The vaquita is the world’s smallest and most endangered porpoise and it is literally on its last fins.

The main threat to vaquitas is death by drowning in fishing gear. The Vaquita Refuge Area is supposed to be protected habitat for the species, but illegal fishing boats are still caught fishing in the area by the Mexican government and are getting off with minimal consequences.

The vaquita has also suffered from the demand in China for the swim bladder of the totoaba, an endangered fish that lives in vaquita habitat. Illegal fishing for and trafficking in this fish have led to serious population losses for the vaquita and totoaba alike. In 2017, Mexico tried a plan proposed by experts, which has helped many other critically endangered species in the past, to capture vaquitas and put them in a safe pen near the coast. The idea was to help vaquitas reproduce safely while trying to get the illegal totoaba fishing under control.

But the plan didn’t work and unless all gillnet fishing is eliminated from the Refuge Area completely and immediately, these rare porpoises could be extinct before the end of the decade.

Defenders' Impact

In 2005, Defenders, Greenpeace, Teyeliz, Comarino and CEMDA reached an agreement with the Environment Ministry to create the Vaquita Refuge Area. In 2007, we helped create the shark fishery regulation that banned the use of surface gillnets that captured vaquitas incidentally.

In 2015 after years of lobbying the Mexican government decreed a fishing ban that is still in place. In 2017, most gillnets were banned in the Upper Gulf. In 2018 Defenders, Greenpeace and Teyeliz, presented a proposal to the Environment Ministry to increase the refuge area, prohibit fishing, restrict navigation and increase patrolling, the proposal was accepted, and refuge area was increased by 750 square kilometers.

Threats

Vaquitas die in gillnets set for sharks, rays, mackerels and chano, and shrimp trawl nets. Since 2010, the foremost threat is bycatch in illegal gillnets set for totoaba. The price of totoaba swim bladder is so exorbitantly high, that organized crime took control of the fishing and no measure taken by the government has been effective to stop them from fishing illegally.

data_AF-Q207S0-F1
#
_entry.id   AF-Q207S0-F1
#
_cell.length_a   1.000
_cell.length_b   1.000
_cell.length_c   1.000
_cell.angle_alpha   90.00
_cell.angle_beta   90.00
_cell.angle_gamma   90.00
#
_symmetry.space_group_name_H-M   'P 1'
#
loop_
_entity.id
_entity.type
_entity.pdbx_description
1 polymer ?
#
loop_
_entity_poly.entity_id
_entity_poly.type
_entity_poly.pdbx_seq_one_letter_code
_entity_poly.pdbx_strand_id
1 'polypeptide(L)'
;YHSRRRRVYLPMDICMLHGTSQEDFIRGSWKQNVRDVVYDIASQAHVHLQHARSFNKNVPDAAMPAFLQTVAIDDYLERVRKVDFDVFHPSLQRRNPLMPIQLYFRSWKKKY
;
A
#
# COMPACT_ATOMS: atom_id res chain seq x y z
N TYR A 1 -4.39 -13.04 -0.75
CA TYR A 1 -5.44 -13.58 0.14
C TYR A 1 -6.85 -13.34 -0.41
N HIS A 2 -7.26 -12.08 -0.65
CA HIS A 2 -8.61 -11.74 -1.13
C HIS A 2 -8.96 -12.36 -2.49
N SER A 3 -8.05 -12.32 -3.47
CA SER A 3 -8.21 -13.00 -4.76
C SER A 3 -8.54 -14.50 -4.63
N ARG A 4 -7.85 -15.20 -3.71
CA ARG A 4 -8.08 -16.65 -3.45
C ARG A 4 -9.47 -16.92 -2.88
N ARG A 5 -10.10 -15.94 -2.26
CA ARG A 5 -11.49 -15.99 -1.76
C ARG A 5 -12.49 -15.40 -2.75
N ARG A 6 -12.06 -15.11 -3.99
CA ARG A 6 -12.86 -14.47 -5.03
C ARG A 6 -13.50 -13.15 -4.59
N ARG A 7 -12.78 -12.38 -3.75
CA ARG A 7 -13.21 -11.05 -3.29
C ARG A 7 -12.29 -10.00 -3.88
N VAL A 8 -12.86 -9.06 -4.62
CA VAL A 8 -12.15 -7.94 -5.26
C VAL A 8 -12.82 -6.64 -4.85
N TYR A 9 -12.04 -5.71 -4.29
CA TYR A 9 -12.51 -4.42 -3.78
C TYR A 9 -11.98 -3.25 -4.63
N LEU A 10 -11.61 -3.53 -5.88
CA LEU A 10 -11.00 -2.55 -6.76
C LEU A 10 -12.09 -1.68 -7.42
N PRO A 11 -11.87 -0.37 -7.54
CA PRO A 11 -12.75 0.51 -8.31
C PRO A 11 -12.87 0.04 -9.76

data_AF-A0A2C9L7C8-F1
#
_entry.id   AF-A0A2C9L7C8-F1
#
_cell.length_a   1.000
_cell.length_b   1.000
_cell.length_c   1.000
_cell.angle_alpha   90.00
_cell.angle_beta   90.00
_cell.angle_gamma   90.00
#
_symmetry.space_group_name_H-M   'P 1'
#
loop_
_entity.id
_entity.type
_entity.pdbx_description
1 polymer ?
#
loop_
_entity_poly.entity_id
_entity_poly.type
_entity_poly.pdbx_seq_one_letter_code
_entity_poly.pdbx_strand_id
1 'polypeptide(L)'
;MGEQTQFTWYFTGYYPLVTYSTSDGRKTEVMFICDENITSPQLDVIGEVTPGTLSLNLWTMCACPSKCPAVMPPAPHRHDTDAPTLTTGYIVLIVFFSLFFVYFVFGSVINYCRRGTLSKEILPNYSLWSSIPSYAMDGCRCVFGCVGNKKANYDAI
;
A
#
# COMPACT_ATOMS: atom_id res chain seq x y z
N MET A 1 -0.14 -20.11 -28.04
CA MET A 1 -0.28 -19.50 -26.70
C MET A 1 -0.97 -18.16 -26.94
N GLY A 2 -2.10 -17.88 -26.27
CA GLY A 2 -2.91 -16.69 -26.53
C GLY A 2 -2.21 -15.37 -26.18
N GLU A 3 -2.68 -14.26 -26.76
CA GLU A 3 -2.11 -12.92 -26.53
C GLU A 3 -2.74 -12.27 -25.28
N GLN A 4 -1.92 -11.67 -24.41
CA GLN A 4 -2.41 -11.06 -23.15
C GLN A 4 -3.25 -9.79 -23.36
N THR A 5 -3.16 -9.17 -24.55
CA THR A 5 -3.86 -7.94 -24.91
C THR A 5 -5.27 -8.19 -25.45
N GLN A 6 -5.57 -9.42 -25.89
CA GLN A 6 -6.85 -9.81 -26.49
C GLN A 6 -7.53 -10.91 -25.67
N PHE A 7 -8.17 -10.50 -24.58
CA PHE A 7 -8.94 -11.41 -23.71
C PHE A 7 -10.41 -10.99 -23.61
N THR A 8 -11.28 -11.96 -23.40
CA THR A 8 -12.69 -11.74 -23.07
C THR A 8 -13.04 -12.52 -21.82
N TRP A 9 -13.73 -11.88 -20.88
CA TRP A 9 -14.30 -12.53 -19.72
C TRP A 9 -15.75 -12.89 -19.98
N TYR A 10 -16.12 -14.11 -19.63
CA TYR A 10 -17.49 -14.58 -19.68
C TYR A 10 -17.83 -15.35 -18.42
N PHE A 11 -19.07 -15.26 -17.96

Protection Status
Endangered Species Act
IUCN Red List
CITES
 Endangered
 Critically Endangered
 Appendix I
What You Can Do

Purchase sustainable seafood and boycott Mexican shrimp, spread awareness of the plight of the vaquita and tell the Mexican government that illegal fishing needs to stop now.

Facts
Latin Name
Phocoena sinus
Size
Females can be up to 5 feet long and males up to 4.6 feet and they can weigh up to 120 pounds.
Lifespan
The oldest known vaquita was a female, estimated at 21 years old.
Range/Habitat

Vaquitas have the most restricted range of any marine cetacean. They only live in the northern end of the Gulf of California. The Mexican government created the Upper Gulf of California Biosphere Reserve in 1993 in part to protect vaquita habitat. 

Population

There are only around a dozen vaquita left in the world. 

Behavior

Vaquitas use sonar to communicate and navigate Gulf waters. When seen, they are either alone or in small groups of two or three, used to be 8-10 individuals. The vaquita is also the only porpoise species found in such warm waters.

Reproduction

A female will give birth every 2 years or so. Calves are between 28-31 inches long at birth, weighing about 17 lbs.

Mating Season: April to May
Gestation: 10-11 months
Number of offspring: 1 calf
 

Diet

Vaquitas eat demersal and benthic fish like the silver weakfish, mimetic midshipman, striped weakfish, bronze-striped grunt and bairdiella croaker. They are also known to eat squid and crustaceans

News

Washington, D.C.

Defenders of Wildlife Applauds Victories for Sharks, Jaguars at 18th CITES Conference of the Parties but Calls for Protection of Glass Frogs

The 183 Parties to the Convention on International Trade in Endangered Species of Flora and Fauna (CITES) met this month to discuss strengthening enforcement in wildlife trade. The countries discussed and reviewed 160 documents and proposals for commercially exploited aquatic species, exotic pets, tropical timber and species including sharks, elephants and big cats, among others.

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